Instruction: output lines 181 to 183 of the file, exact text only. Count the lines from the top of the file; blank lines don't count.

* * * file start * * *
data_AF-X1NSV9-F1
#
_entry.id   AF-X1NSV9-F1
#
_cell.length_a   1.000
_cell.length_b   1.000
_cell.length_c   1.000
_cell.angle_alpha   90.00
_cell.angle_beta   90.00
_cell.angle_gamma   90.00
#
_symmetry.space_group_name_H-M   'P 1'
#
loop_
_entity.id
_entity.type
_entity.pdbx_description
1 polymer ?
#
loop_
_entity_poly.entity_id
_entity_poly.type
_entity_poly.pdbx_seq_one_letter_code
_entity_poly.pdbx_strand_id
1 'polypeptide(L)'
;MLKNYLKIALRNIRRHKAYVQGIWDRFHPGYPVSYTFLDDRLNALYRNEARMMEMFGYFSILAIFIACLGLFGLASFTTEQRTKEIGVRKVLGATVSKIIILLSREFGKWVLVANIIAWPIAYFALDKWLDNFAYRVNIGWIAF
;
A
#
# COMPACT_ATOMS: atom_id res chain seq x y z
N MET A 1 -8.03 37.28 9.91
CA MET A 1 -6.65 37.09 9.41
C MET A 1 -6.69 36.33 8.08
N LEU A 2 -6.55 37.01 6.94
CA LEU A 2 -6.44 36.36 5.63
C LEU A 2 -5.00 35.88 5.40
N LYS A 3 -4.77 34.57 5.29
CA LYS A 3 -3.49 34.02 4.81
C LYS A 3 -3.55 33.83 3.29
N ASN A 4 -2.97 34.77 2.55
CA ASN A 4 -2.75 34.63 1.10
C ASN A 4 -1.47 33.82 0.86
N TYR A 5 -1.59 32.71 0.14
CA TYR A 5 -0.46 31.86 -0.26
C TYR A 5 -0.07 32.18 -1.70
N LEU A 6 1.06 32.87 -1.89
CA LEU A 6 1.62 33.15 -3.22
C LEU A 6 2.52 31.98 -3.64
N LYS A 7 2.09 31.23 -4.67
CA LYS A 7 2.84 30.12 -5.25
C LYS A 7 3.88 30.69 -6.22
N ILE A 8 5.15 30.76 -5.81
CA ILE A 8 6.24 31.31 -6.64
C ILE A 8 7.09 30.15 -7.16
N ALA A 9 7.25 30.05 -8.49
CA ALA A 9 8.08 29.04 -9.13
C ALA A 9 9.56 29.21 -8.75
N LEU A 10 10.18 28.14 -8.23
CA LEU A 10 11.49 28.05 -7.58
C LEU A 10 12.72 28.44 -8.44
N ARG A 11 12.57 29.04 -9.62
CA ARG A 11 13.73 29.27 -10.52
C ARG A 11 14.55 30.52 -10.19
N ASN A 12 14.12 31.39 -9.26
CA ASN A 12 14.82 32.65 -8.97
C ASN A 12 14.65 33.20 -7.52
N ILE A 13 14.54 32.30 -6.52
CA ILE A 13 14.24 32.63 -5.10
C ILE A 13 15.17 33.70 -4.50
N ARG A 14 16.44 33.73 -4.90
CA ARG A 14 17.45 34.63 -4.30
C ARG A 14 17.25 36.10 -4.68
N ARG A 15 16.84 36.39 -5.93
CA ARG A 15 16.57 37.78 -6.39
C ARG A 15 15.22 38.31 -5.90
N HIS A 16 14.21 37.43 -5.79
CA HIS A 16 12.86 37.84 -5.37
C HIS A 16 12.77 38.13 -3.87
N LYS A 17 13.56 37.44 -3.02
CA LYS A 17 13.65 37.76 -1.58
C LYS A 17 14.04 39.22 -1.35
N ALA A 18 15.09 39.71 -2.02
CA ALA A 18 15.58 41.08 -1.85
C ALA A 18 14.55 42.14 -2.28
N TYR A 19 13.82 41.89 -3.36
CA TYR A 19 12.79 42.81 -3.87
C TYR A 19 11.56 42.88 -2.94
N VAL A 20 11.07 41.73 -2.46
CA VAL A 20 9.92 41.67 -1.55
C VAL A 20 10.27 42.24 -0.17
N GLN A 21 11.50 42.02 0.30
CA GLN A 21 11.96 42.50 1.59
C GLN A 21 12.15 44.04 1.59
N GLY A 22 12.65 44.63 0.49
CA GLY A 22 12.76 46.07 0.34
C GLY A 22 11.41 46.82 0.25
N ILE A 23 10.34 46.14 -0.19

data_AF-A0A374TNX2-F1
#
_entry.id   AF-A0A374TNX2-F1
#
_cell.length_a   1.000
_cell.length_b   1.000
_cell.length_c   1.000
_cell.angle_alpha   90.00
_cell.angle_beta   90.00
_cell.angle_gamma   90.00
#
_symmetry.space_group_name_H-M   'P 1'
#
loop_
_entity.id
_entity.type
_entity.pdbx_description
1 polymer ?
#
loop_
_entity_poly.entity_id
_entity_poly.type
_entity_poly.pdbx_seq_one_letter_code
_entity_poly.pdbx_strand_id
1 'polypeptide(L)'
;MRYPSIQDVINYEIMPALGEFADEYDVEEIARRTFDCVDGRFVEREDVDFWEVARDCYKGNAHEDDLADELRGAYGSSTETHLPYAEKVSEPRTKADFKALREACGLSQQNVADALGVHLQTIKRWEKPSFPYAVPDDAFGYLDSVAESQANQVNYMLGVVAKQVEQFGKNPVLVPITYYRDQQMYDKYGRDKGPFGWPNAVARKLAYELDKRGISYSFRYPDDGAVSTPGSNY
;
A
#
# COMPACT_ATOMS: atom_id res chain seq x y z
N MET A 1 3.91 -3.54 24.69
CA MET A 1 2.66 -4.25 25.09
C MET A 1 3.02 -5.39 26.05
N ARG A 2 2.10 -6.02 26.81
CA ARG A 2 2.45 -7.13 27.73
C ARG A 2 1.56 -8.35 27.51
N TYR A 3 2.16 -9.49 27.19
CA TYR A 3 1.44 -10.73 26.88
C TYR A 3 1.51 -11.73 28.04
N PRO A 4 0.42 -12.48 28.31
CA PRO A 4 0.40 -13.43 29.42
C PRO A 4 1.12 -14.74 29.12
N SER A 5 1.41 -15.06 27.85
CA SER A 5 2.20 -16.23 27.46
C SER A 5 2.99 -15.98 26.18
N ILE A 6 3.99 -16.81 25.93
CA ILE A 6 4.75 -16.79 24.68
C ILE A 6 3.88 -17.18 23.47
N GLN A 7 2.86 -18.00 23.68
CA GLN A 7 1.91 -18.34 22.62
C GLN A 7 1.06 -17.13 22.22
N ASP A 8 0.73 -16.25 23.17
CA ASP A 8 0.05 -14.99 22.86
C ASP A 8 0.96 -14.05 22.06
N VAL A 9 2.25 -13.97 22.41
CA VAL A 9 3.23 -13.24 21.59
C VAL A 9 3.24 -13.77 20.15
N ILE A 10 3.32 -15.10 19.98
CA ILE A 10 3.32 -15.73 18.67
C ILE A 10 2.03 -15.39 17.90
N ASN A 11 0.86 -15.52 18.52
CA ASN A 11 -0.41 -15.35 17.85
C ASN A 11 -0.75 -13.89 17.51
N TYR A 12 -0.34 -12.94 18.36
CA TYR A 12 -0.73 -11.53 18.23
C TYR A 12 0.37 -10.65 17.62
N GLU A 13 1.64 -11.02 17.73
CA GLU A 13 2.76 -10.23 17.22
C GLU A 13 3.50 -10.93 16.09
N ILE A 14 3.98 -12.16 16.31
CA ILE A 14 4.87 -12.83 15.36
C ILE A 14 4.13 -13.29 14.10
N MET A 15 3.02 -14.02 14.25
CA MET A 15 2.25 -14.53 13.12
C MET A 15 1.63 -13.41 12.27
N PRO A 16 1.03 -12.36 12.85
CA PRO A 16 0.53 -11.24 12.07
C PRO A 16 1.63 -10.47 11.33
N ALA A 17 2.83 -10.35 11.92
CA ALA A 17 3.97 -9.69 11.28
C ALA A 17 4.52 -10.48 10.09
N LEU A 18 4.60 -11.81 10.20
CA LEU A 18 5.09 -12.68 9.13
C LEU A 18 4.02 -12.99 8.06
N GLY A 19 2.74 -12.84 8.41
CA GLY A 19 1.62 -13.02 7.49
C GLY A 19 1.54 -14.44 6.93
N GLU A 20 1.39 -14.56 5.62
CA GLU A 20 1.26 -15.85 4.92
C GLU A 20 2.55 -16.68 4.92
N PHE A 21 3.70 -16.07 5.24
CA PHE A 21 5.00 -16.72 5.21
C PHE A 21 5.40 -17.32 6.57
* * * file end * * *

C LEU A 18 4.02 -12.99 8.06
N GLY A 19 2.74 -12.84 8.41
CA GLY A 19 1.62 -13.02 7.49